All the Bible, Every Book: Titus

Bring Credit to the Teachings of God

This saying is trustworthy, and I want you to insist on such truths,

so that those who have placed their faith in God may be intent on engaging in good works.

These things are good and beneficial for all people.

(Titus 3:8)

The thirteen Pauline Epistles develop the foundational truths of Christianity introduced in the Gospels. Paul wrote nine letters to churches and four to individuals. He writes from the perspective of the Apostle to the Gentiles, church-planter, pastor, and friend. His letters contain instructions, exhortations, and corrections that were real-time—messages to real people, gathered in real churches, with real problems as they endeavored to follow Christ and make a difference in their world. One consistent theme undergirds all of Paul’s teaching—the reality of every believer’s position in Christ.

Like His Master before him, Paul gathered a group of men to be with him as he ministered the gospel. Timothy and Titus were especially close to Paul (1 Timothy 1:2; Titus 1:4), and he mentored them through challenging assignments. He chose Titus for the most difficult leadership roles. Titus accompanied him uncircumcised to Jerusalem in the middle of the controversy over whether Christians should follow the Jewish Law (Acts 15). He chose Titus to straighten out the problems in Corinth (2 Corinthians). Titus was a leader in the project to collect gifts for the suffering church in Judea (Romans 15:25-26). Paul has nothing but praise for his young companion. Titus was the ideal pastor, genuinely devoted to God and his flock (2 Corinthians 8:16, 17), and effective and earnest in his leadership (2 Corinthians 7:13-15).

Pastoring the unruly churches of Crete may have been Titus’s toughest duty. Paul left Titus in Crete to set the church there in order (Titus 1:5), by dealing with false teachers (1:10-11) and corruption (1:12). “Tradition has it that Titus, having become the first bishop of Crete, died there in advanced years. His successor, Andreas Cretensis, eulogized him in the following terms: ‘The first foundation-stone of the Cretan church; the pillar of the truth; the stay of the faith; the never silent trumpet of the evangelical message; the exalted echo of Paul’s own voice’.” (Philip E. Hughes, Paul’s Second Epistle to the Corinthians, p. 76)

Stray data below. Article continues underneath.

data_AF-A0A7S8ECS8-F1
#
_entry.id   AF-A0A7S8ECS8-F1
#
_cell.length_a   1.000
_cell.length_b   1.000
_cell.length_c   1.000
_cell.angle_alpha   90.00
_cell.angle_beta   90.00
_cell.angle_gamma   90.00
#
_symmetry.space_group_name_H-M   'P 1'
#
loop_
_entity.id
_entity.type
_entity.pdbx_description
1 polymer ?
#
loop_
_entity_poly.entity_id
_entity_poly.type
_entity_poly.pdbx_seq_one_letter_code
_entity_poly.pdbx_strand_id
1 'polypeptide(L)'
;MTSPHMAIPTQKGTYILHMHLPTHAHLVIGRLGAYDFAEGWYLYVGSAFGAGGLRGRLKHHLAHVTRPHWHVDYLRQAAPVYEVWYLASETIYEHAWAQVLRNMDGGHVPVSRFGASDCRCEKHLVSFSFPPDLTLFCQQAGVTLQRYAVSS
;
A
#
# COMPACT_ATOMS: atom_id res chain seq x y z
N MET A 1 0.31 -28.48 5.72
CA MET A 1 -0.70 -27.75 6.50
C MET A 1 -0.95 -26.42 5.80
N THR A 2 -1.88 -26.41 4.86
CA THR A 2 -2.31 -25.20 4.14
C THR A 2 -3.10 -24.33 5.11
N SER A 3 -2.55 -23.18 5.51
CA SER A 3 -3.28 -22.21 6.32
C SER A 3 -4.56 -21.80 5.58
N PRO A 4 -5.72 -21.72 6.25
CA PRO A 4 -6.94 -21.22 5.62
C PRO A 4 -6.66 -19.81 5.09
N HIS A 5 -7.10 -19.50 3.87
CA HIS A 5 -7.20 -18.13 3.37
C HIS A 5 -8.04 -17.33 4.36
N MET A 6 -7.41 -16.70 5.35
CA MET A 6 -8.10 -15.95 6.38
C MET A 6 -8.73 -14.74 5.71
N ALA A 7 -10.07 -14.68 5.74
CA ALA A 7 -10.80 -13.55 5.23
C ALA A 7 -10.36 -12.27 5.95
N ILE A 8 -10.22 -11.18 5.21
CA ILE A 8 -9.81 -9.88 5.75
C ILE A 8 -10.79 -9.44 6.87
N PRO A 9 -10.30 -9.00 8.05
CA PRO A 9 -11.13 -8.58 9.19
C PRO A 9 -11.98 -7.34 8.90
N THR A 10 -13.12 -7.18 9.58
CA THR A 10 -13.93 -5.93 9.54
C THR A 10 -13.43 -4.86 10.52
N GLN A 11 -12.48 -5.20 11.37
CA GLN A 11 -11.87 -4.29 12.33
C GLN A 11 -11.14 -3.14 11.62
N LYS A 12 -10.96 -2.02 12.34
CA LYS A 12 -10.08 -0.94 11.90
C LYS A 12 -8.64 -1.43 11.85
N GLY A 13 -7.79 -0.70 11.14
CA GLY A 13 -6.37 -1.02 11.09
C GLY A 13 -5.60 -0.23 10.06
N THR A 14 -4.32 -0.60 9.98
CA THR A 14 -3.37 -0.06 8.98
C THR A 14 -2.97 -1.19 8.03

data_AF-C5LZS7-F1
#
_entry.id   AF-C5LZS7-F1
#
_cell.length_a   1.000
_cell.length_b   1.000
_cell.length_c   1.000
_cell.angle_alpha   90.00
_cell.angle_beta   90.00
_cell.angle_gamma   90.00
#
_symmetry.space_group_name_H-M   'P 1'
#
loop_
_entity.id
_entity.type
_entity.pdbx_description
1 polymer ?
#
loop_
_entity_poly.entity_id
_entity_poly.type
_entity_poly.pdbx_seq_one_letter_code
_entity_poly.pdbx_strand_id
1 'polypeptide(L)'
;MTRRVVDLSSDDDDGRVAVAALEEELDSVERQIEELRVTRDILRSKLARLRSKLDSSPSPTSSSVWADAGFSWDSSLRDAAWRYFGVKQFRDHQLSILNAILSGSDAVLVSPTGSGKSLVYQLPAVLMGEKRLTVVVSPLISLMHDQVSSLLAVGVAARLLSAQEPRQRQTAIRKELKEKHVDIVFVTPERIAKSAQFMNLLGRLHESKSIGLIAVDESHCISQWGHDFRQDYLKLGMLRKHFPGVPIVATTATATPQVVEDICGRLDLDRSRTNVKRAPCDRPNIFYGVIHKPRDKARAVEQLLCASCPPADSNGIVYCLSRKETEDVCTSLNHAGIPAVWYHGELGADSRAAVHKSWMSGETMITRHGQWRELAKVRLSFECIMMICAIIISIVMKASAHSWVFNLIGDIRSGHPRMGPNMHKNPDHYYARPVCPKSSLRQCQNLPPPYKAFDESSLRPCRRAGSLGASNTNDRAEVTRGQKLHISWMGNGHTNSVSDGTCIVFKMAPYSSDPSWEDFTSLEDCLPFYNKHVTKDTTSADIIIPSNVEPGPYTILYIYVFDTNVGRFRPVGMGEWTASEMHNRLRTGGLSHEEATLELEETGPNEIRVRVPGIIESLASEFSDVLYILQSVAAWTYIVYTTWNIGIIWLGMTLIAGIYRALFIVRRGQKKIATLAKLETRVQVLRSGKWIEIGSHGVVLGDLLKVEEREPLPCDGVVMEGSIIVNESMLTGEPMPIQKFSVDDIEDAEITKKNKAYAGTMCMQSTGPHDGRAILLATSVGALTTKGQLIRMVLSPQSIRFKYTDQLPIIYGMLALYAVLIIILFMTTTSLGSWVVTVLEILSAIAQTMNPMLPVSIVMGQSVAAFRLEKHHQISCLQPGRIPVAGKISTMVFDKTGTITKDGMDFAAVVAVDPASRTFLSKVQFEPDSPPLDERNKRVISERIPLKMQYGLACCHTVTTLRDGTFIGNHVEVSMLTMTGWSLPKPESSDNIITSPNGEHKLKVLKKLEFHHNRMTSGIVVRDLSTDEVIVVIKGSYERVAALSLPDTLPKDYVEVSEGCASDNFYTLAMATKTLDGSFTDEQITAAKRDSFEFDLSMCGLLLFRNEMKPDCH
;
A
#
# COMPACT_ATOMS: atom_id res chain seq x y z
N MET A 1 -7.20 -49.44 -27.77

No book of the Bible more clearly connects the grace of God in Christ to the manifestation of good works in His people. “The purpose of the epistle of Titus was to instruct him about what he should do and teach in the Cretan churches. A special theme of the letter is the role of grace in promoting good works among God’s people.” (Duane Litfin, “Titus” in The Bible Knowledge Commentary: New Testament, p. 761) The key word of Titus is kosmeo, the verb that means to “adorn,” to set forth attractively—as a musician does, who plays a piece of music beautifully. (Tom Constable, Titus, p. 4). This pastoral epistle provides instructions for every church to fulfill the God-given assignment to “adorn,” “show the beauty of,” “bring credit to” the teaching of Jesus (God our Savior) in everything:

Titus: Display the beauty of Christ’s teaching through your good works!

The letter divides into two major sections: (1) appoint elders who “adorn” the teaching of Christ; (2) organize the church according to sound doctrine so that its members “adorn” the teaching of Christ.

I. Paul exhorts Titus to set in order the Cretan churches to display the beauty of Christ’s teaching by appointing qualified elders, correcting false teaching, and teaching its members Christ-honoring behaviors.

A. Paul salutes Titus by reminding him of the centrality of the truth of Christ Jesus concerning eternal life that has been entrusted to the church. (1:1-4)

B. Paul exhorts Titus to appoint qualified elders in the church who demonstrate the Spirit’s power in their lives and hold firmly to and teach effectively the faithful message (1:5-9), and to rebuke false teachers whose motives and lives demonstrate they are disqualified as leaders or teachers. (1:10-16)